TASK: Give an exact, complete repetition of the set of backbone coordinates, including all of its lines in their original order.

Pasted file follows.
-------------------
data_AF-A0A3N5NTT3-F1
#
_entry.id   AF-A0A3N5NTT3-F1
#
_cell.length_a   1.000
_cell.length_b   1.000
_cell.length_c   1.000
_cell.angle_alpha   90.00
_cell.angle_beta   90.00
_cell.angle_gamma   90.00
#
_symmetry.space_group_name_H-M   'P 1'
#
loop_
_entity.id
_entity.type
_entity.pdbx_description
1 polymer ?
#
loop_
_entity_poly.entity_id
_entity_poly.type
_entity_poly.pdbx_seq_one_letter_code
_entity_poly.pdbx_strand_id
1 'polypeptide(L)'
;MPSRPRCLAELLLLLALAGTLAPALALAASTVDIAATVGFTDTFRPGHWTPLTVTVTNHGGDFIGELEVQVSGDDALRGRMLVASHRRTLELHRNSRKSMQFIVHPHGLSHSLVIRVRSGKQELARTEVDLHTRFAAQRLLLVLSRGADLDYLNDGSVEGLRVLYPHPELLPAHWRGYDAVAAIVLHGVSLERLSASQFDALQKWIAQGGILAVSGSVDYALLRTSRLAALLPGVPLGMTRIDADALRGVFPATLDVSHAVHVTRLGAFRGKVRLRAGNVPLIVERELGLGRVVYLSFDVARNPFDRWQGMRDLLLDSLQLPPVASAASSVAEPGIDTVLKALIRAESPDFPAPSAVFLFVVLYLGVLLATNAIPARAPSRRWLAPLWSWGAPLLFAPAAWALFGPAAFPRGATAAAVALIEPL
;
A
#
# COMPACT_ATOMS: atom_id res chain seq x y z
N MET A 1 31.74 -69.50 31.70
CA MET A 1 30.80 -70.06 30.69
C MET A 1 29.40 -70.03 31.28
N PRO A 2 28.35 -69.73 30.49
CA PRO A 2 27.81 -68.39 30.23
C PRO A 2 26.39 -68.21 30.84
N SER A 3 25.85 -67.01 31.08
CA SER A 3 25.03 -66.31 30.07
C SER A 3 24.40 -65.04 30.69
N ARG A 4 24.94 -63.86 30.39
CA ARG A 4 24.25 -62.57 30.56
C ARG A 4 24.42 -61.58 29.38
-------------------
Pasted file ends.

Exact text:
data_AF-A0A3N5NTT3-F1
#
_entry.id   AF-A0A3N5NTT3-F1
#
_cell.length_a   1.000
_cell.length_b   1.000
_cell.length_c   1.000
_cell.angle_alpha   90.00
_cell.angle_beta   90.00
_cell.angle_gamma   90.00
#
_symmetry.space_group_name_H-M   'P 1'
#
loop_
_entity.id
_entity.type
_entity.pdbx_description
1 polymer ?
#
loop_
_entity_poly.entity_id
_entity_poly.type
_entity_poly.pdbx_seq_one_letter_code
_entity_poly.pdbx_strand_id
1 'polypeptide(L)'
;MPSRPRCLAELLLLLALAGTLAPALALAASTVDIAATVGFTDTFRPGHWTPLTVTVTNHGGDFIGELEVQVSGDDALRGRMLVASHRRTLELHRNSRKSMQFIVHPHGLSHSLVIRVRSGKQELARTEVDLHTRFAAQRLLLVLSRGADLDYLNDGSVEGLRVLYPHPELLPAHWRGYDAVAAIVLHGVSLERLSASQFDALQKWIAQGGILAVSGSVDYALLRTSRLAALLPGVPLGMTRIDADALRGVFPATLDVSHAVHVTRLGAFRGKVRLRAGNVPLIVERELGLGRVVYLSFDVARNPFDRWQGMRDLLLDSLQLPPVASAASSVAEPGIDTVLKALIRAESPDFPAPSAVFLFVVLYLGVLLATNAIPARAPSRRWLAPLWSWGAPLLFAPAAWALFGPAAFPRGATAAAVALIEPL
;
A
#
# COMPACT_ATOMS: atom_id res chain seq x y z
N MET A 1 31.74 -69.50 31.70
CA MET A 1 30.80 -70.06 30.69
C MET A 1 29.40 -70.03 31.28
N PRO A 2 28.35 -69.73 30.49
CA PRO A 2 27.81 -68.39 30.23
C PRO A 2 26.39 -68.21 30.84
N SER A 3 25.85 -67.01 31.08
CA SER A 3 25.03 -66.31 30.07
C SER A 3 24.40 -65.04 30.69
N ARG A 4 24.94 -63.86 30.39
CA ARG A 4 24.25 -62.57 30.56
C ARG A 4 24.42 -61.58 29.38